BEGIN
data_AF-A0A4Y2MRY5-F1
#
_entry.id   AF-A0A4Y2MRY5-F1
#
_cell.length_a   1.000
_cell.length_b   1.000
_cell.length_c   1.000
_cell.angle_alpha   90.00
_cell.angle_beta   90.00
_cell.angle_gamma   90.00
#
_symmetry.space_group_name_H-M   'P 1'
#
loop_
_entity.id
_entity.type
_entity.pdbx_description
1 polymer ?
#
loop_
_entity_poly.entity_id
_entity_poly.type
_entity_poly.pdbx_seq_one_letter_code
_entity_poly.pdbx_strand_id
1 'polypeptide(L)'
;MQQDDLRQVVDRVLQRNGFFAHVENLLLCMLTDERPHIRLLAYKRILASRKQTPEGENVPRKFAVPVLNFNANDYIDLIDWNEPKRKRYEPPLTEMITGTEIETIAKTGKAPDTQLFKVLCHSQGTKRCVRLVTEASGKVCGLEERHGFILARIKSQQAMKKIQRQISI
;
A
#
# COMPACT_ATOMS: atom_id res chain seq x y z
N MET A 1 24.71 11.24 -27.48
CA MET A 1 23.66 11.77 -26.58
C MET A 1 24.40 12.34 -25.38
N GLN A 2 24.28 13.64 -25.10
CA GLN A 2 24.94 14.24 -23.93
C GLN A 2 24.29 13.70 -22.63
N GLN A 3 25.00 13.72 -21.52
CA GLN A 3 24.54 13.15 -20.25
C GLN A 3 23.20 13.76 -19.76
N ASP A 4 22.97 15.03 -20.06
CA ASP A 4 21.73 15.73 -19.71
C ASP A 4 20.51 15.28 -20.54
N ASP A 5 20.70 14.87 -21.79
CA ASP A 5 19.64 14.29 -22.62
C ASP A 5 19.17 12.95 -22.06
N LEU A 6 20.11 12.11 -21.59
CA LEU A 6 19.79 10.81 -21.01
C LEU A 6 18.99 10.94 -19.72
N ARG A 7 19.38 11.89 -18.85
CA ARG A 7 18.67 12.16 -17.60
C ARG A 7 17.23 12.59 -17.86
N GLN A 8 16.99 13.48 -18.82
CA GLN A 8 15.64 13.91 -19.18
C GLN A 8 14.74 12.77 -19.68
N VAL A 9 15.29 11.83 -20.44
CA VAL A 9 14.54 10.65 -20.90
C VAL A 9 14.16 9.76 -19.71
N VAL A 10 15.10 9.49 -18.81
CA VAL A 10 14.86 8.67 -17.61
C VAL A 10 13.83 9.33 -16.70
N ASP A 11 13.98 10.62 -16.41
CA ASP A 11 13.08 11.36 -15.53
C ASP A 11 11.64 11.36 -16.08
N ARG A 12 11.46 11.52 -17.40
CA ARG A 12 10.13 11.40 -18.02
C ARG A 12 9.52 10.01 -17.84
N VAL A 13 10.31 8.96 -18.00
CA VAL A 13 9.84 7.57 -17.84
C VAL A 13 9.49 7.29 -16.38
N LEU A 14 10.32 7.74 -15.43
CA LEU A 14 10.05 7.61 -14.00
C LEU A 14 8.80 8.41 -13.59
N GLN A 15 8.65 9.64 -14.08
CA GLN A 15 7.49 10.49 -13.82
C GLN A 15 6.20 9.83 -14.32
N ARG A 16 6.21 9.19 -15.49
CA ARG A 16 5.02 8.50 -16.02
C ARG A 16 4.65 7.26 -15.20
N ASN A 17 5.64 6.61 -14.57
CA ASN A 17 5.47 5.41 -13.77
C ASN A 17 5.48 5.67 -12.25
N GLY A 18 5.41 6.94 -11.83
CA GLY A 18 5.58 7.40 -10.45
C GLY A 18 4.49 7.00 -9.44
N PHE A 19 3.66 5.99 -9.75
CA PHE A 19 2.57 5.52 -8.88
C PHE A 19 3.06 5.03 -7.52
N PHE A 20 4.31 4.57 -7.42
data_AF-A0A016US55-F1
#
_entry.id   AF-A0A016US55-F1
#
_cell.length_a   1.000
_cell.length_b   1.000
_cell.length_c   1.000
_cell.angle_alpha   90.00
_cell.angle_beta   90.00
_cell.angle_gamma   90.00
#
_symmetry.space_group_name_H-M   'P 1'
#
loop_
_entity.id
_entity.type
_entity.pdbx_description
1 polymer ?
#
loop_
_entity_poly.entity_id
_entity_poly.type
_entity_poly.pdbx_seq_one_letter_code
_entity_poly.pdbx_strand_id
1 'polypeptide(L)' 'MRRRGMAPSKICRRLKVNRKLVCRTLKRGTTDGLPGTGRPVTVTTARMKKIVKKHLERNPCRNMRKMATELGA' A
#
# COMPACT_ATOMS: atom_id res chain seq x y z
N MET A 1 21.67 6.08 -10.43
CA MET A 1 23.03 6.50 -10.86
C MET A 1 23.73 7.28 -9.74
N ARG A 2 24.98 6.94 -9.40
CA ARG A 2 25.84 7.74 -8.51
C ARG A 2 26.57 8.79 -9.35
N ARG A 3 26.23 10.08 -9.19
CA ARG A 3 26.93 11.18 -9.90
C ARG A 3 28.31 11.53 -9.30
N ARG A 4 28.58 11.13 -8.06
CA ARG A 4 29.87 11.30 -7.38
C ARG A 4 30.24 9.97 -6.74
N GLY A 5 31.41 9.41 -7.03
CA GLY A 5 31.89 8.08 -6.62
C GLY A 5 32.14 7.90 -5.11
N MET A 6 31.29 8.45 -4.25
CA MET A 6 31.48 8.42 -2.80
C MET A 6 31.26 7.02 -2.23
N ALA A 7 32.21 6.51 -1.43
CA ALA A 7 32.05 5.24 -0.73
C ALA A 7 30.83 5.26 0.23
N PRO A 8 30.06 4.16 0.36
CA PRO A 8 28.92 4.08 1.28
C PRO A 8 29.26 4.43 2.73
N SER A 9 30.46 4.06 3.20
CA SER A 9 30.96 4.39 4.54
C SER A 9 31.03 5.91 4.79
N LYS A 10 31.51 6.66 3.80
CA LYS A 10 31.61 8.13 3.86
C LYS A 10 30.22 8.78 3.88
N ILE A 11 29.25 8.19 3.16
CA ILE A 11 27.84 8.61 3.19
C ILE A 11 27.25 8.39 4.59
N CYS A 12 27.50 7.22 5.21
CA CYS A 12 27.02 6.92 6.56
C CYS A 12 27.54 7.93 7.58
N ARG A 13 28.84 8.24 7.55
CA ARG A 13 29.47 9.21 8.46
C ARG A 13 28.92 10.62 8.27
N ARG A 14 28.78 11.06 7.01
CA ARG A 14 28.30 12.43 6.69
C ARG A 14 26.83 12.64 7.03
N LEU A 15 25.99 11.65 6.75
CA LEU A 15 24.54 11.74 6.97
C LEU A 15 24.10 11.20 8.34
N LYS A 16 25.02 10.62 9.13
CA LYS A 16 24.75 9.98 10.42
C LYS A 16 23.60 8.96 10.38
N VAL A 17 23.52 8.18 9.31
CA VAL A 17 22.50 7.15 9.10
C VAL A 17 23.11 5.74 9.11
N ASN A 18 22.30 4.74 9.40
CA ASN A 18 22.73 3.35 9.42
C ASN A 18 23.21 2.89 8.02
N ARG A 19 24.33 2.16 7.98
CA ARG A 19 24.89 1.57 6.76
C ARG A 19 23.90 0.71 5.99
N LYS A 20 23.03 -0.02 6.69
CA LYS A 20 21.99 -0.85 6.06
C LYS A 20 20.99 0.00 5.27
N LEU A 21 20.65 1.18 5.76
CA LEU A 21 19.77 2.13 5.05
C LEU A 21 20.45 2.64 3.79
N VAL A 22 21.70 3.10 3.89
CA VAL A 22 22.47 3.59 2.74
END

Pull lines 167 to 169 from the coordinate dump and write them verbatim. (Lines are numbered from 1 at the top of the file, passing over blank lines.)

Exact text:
N ASN A 18 22.30 4.74 9.40
CA ASN A 18 22.73 3.35 9.42
C ASN A 18 23.21 2.89 8.02